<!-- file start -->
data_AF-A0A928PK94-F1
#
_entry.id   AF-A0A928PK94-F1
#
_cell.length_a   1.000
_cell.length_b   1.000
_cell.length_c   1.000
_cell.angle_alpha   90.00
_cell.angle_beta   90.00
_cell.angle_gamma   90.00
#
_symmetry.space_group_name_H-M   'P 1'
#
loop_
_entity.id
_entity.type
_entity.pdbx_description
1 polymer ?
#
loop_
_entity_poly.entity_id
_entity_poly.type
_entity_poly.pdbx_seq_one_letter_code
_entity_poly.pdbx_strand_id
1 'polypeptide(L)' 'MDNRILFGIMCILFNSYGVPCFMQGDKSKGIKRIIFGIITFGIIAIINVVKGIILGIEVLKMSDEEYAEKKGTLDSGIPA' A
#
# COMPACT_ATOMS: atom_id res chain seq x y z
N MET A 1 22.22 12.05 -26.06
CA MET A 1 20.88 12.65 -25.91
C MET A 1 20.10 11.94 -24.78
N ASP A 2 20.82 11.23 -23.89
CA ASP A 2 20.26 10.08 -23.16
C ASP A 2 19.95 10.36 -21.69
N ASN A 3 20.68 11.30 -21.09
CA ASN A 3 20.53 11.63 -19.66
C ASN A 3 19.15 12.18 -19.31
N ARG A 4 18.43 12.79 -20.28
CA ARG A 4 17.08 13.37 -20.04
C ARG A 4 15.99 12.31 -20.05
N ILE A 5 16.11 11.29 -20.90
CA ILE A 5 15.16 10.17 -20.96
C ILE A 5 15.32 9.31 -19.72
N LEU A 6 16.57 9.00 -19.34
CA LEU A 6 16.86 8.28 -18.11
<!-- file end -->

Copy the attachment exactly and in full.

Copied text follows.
data_AF-A0A928PK94-F1
#
_entry.id   AF-A0A928PK94-F1
#
_cell.length_a   1.000
_cell.length_b   1.000
_cell.length_c   1.000
_cell.angle_alpha   90.00
_cell.angle_beta   90.00
_cell.angle_gamma   90.00
#
_symmetry.space_group_name_H-M   'P 1'
#
loop_
_entity.id
_entity.type
_entity.pdbx_description
1 polymer ?
#
loop_
_entity_poly.entity_id
_entity_poly.type
_entity_poly.pdbx_seq_one_letter_code
_entity_poly.pdbx_strand_id
1 'polypeptide(L)' 'MDNRILFGIMCILFNSYGVPCFMQGDKSKGIKRIIFGIITFGIIAIINVVKGIILGIEVLKMSDEEYAEKKGTLDSGIPA' A
#
# COMPACT_ATOMS: atom_id res chain seq x y z
N MET A 1 22.22 12.05 -26.06
CA MET A 1 20.88 12.65 -25.91
C MET A 1 20.10 11.94 -24.78
N ASP A 2 20.82 11.23 -23.89
CA ASP A 2 20.26 10.08 -23.16
C ASP A 2 19.95 10.36 -21.69
N ASN A 3 20.68 11.30 -21.09
CA ASN A 3 20.53 11.63 -19.66
C ASN A 3 19.15 12.18 -19.31
N ARG A 4 18.43 12.79 -20.28
CA ARG A 4 17.08 13.37 -20.04
C ARG A 4 15.99 12.31 -20.05
N ILE A 5 16.11 11.29 -20.90
CA ILE A 5 15.16 10.17 -20.96
C ILE A 5 15.32 9.31 -19.72
N LEU A 6 16.57 9.00 -19.34
CA LEU A 6 16.86 8.28 -18.11